Stamp Duty has changed signficantly in the last 6 months. Therefore we thought it would be useful to summarise the latest stamp duty position, as a useful guide for our subscribers. Anyone who buys additional residential property, including second homes and buy-to-lets, has had to pay an extra 3 percentage points in stamp duty from April 1, 2016.
- The additional charge applies above the current “stamp duty land tax” rates. This means there will be 3pc tax to pay on homes worth up to £125,000, 5pc tax (instead of 2pc) on homes that cost between £125,001 and £250,000, and 8pc on homes worth between £250,001 and £925,000.
- Homes worth up to £1.5m are subject to 13pc stamp duty and those over this amount will incur a 15pc charge.
- In practice this means that someone buying a £450,000 house will have to pay an extra £13,500 of tax.
- Anyone buying a second home has 36 months to sell their original property. They can then get a refund on the extra tax.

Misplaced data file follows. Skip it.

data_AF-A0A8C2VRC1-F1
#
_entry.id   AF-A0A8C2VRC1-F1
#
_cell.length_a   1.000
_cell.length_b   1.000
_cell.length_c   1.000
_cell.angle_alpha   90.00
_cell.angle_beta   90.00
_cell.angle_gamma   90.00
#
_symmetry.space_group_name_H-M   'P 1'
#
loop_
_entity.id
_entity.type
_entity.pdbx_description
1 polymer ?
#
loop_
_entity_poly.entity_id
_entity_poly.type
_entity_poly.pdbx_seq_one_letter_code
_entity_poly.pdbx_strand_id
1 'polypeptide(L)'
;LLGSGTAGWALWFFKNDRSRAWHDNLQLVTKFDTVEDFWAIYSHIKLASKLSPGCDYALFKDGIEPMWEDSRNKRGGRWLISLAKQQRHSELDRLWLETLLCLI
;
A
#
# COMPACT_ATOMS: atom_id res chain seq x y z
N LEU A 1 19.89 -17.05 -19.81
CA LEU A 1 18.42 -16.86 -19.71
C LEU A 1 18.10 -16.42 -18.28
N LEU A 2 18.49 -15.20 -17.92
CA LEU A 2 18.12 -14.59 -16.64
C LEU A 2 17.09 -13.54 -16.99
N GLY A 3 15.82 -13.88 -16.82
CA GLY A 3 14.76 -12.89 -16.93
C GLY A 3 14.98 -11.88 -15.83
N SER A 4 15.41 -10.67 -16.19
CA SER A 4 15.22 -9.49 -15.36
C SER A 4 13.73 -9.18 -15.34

- In addition, anyone who sold their home before November 2015 but does not currently own their own home has until November 2018 to buy a new one without paying the extra tax.
|Buy-to-let and second home Stamp Duty tax bands|
|Brackets||Standard rate||Buy-to-let/second home rate (April 2016)|
|Up to £125,000||0%||3%|
|£125,001 – £250,000||2%||5%|
|£250,001 – £925,000||5%||8%|
|£925,001 – £1.5m||10%||13%|
Interestingly though, The Telegraph have just reported that annual stamp duty receipts are expected to show a drop from next week after a slump in the number of property transactions.
The Government will release its receipts for the 12 months to the end of March, which will reveal the full effects of changes to stamp duty made by George Osborne in December 2014, when the levy was raised on properties worth more than £1.1m.
It will register the initial impact of the 3pc tax hike in April for buy-to-let investors and second-home buyers.